Xylitol is found most often in chewing gum and mints, but toothpaste and mouth rinses are also available. Health food stores and several internet companies offer are often a good resource for Xylitol products, including bulk packaged. Generally, for the amount of Xylitol to be at decay-preventing levels it must be listed as one of the first three ingredients on the product label.

People at moderate to high risk for tooth decay are most likely to benefit from using Xylitol, especially if it is used as part of an overall strategy that includes a healthy diet and good oral care at home. Ask your doctor, dentist or dental hygienist how using Xylitol may be of benefit to you or your family- you may find that it is the “magic bullet” you have been searching for!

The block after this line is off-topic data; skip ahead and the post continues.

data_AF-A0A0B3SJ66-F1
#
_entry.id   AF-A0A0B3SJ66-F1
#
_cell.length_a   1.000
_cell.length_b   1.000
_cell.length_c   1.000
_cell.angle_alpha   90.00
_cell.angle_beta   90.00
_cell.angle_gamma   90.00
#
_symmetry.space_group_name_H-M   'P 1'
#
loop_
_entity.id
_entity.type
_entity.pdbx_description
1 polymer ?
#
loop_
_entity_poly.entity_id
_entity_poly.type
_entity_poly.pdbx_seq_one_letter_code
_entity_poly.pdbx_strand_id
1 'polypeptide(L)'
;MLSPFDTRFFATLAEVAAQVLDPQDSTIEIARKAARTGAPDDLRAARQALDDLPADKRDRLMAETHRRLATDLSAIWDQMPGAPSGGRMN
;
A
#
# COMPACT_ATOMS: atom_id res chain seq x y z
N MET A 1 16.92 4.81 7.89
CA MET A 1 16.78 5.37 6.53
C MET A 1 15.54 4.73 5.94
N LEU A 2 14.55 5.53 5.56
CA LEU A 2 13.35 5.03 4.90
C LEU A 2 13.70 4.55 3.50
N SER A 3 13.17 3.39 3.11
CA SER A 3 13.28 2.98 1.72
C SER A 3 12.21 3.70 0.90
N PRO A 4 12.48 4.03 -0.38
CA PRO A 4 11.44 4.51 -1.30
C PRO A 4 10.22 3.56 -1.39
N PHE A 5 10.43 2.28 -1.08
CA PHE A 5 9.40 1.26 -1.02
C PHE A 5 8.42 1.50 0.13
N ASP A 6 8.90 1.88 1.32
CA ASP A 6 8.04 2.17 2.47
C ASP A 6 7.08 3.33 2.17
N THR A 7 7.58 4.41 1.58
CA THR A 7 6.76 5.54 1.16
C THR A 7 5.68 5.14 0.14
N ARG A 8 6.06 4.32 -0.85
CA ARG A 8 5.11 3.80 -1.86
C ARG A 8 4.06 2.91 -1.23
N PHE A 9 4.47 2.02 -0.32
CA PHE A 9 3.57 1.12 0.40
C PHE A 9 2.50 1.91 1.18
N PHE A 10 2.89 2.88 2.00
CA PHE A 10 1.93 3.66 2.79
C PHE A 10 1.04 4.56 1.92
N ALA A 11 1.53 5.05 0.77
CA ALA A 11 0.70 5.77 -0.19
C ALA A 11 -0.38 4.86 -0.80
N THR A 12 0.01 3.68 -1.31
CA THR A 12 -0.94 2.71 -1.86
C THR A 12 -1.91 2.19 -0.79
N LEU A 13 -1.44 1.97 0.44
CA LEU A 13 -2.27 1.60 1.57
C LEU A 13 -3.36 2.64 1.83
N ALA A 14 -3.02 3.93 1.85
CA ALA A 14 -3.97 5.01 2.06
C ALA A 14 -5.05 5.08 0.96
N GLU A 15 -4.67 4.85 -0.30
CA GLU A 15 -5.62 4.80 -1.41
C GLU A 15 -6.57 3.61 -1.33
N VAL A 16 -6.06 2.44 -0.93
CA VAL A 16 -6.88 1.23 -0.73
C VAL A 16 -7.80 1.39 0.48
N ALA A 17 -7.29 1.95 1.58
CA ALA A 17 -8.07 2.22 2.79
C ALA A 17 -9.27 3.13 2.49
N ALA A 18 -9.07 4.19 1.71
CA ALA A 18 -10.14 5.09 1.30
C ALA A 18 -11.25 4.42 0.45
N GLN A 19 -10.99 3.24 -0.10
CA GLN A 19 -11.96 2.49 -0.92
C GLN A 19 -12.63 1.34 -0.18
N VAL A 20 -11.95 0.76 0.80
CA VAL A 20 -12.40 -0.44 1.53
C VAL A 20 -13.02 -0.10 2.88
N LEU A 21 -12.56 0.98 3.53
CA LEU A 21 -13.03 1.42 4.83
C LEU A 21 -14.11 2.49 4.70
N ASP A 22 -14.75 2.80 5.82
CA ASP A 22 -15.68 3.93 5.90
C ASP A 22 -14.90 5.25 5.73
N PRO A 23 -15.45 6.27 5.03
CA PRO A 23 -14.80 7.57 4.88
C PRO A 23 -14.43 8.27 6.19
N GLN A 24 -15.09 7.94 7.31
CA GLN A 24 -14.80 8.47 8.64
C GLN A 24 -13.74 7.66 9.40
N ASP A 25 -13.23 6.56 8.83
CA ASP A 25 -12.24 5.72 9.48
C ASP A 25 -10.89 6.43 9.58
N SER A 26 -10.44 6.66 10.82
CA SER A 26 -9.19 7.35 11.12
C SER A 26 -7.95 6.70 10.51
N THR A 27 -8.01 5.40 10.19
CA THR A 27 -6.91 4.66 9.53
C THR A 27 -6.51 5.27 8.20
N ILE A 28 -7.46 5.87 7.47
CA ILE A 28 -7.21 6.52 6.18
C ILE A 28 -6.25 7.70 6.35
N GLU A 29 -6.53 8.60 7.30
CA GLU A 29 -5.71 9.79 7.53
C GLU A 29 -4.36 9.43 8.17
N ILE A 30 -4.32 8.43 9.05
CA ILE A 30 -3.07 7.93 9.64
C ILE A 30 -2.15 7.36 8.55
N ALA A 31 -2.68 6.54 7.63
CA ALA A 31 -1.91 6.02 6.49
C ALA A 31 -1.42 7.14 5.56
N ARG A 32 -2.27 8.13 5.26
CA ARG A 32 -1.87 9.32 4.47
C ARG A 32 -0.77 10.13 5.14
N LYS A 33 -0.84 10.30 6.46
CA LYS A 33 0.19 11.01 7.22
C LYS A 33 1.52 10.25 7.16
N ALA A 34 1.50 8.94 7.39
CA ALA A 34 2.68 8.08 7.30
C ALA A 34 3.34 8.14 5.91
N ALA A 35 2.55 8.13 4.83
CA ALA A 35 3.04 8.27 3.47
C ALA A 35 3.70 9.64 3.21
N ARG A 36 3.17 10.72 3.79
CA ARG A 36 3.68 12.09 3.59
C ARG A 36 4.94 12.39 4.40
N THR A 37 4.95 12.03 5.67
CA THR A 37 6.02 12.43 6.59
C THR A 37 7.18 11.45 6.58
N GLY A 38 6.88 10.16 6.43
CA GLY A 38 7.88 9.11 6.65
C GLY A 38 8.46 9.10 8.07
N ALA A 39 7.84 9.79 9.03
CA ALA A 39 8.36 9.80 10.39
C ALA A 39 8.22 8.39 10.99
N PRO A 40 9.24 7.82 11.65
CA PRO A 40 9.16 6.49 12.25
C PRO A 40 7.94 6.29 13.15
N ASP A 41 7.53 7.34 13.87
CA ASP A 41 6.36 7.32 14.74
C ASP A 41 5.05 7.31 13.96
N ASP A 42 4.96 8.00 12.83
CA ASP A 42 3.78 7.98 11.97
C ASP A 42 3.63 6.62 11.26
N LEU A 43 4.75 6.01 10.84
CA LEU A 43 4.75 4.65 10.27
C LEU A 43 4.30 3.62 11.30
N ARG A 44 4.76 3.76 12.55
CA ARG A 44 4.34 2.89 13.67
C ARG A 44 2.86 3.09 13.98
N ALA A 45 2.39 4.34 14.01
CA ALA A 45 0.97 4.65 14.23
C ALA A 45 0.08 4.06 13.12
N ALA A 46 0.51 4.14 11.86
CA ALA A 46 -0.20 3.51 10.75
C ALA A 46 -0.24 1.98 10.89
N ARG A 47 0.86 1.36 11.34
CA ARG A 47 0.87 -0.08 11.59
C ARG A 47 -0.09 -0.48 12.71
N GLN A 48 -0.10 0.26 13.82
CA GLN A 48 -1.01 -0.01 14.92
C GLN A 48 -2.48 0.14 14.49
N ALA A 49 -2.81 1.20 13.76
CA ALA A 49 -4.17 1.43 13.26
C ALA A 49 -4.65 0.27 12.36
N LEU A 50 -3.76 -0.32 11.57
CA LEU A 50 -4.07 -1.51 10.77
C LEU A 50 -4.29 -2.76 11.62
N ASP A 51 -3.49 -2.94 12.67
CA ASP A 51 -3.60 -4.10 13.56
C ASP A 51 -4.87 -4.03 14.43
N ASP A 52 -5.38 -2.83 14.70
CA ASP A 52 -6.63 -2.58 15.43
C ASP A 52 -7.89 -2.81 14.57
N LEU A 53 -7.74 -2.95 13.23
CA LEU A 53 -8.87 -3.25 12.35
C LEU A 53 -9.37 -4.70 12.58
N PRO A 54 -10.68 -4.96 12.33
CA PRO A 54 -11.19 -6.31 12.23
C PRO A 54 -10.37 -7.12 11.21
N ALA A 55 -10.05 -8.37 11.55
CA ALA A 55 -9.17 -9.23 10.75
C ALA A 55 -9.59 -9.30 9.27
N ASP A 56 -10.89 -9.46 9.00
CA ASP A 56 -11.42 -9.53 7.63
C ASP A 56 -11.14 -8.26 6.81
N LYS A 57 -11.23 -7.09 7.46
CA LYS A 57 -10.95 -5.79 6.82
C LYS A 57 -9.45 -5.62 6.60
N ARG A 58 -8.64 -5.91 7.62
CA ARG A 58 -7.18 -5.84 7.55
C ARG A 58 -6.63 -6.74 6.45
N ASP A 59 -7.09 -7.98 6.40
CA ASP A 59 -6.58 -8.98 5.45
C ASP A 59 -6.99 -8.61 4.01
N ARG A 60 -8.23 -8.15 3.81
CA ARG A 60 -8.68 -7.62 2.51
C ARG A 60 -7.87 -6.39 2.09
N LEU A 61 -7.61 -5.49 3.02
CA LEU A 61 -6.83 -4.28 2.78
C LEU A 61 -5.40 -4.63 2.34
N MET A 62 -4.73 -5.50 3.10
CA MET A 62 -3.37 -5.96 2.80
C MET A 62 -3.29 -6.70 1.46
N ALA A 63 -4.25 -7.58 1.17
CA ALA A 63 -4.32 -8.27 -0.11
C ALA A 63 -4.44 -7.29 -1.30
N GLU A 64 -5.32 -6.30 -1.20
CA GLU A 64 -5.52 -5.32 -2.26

Is Whitening Really Safe … and Is It Right For Me?

Nothing conveys youth and confidence like flashing a bright white smile, and it seems everyone from teens to seniors want to know more about whitening options… and why not? There are a wide variety of products available commercially and through the dental office that make it is easier, safer and more affordable than you might think for virtually everyone to perk up their pearly-whites.